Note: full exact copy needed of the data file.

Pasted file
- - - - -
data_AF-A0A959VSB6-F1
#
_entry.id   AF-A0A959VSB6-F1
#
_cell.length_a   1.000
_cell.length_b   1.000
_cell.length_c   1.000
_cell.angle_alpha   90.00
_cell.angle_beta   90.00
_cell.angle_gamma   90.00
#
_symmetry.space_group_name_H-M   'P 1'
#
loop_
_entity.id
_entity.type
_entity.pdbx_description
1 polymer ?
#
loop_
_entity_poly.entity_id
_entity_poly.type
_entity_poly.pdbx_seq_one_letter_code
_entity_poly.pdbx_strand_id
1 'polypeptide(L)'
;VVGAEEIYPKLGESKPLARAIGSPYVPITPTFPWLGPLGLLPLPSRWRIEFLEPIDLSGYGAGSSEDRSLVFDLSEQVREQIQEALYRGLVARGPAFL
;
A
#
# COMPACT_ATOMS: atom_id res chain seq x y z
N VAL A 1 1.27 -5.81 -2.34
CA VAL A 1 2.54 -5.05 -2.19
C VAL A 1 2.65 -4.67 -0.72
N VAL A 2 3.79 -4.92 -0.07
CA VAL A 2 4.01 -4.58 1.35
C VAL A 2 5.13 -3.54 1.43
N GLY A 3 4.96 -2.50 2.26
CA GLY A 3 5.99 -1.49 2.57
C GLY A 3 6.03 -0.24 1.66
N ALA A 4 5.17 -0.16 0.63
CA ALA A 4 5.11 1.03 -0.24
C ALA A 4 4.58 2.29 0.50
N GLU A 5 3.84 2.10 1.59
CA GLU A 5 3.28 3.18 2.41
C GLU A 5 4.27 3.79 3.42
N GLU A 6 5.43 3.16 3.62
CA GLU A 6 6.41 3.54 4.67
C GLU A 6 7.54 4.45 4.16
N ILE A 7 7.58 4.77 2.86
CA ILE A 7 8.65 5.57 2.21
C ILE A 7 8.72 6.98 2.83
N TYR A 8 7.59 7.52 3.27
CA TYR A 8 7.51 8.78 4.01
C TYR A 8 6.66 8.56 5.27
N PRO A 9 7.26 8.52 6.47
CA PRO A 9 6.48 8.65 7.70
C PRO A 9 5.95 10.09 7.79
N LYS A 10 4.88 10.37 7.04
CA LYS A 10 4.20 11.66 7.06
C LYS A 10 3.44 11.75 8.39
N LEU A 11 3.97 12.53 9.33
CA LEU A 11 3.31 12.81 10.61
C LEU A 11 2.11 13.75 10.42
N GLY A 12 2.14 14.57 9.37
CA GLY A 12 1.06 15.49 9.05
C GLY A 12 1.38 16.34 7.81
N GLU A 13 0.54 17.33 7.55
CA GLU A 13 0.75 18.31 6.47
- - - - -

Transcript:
data_AF-A0A959VSB6-F1
#
_entry.id   AF-A0A959VSB6-F1
#
_cell.length_a   1.000
_cell.length_b   1.000
_cell.length_c   1.000
_cell.angle_alpha   90.00
_cell.angle_beta   90.00
_cell.angle_gamma   90.00
#
_symmetry.space_group_name_H-M   'P 1'
#
loop_
_entity.id
_entity.type
_entity.pdbx_description
1 polymer ?
#
loop_
_entity_poly.entity_id
_entity_poly.type
_entity_poly.pdbx_seq_one_letter_code
_entity_poly.pdbx_strand_id
1 'polypeptide(L)'
;VVGAEEIYPKLGESKPLARAIGSPYVPITPTFPWLGPLGLLPLPSRWRIEFLEPIDLSGYGAGSSEDRSLVFDLSEQVREQIQEALYRGLVARGPAFL
;
A
#
# COMPACT_ATOMS: atom_id res chain seq x y z
N VAL A 1 1.27 -5.81 -2.34
CA VAL A 1 2.54 -5.05 -2.19
C VAL A 1 2.65 -4.67 -0.72
N VAL A 2 3.79 -4.92 -0.07
CA VAL A 2 4.01 -4.58 1.35
C VAL A 2 5.13 -3.54 1.43
N GLY A 3 4.96 -2.50 2.26
CA GLY A 3 5.99 -1.49 2.57
C GLY A 3 6.03 -0.24 1.66
N ALA A 4 5.17 -0.16 0.63
CA ALA A 4 5.11 1.03 -0.24
C ALA A 4 4.58 2.29 0.50
N GLU A 5 3.84 2.10 1.59
CA GLU A 5 3.28 3.18 2.41
C GLU A 5 4.27 3.79 3.42
N GLU A 6 5.43 3.16 3.62
CA GLU A 6 6.41 3.54 4.67
C GLU A 6 7.54 4.45 4.16
N ILE A 7 7.58 4.77 2.86
CA ILE A 7 8.65 5.57 2.21
C ILE A 7 8.72 6.98 2.83
N TYR A 8 7.59 7.52 3.27
CA TYR A 8 7.51 8.78 4.01
C TYR A 8 6.66 8.56 5.27
N PRO A 9 7.26 8.52 6.47
CA PRO A 9 6.48 8.65 7.70
C PRO A 9 5.95 10.09 7.79
N LYS A 10 4.88 10.37 7.04
CA LYS A 10 4.20 11.66 7.06
C LYS A 10 3.44 11.75 8.39
N LEU A 11 3.97 12.53 9.33
CA LEU A 11 3.31 12.81 10.61
C LEU A 11 2.11 13.75 10.42
N GLY A 12 2.14 14.57 9.37
CA GLY A 12 1.06 15.49 9.05
C GLY A 12 1.38 16.34 7.81
N GLU A 13 0.54 17.33 7.55
CA GLU A 13 0.75 18.31 6.47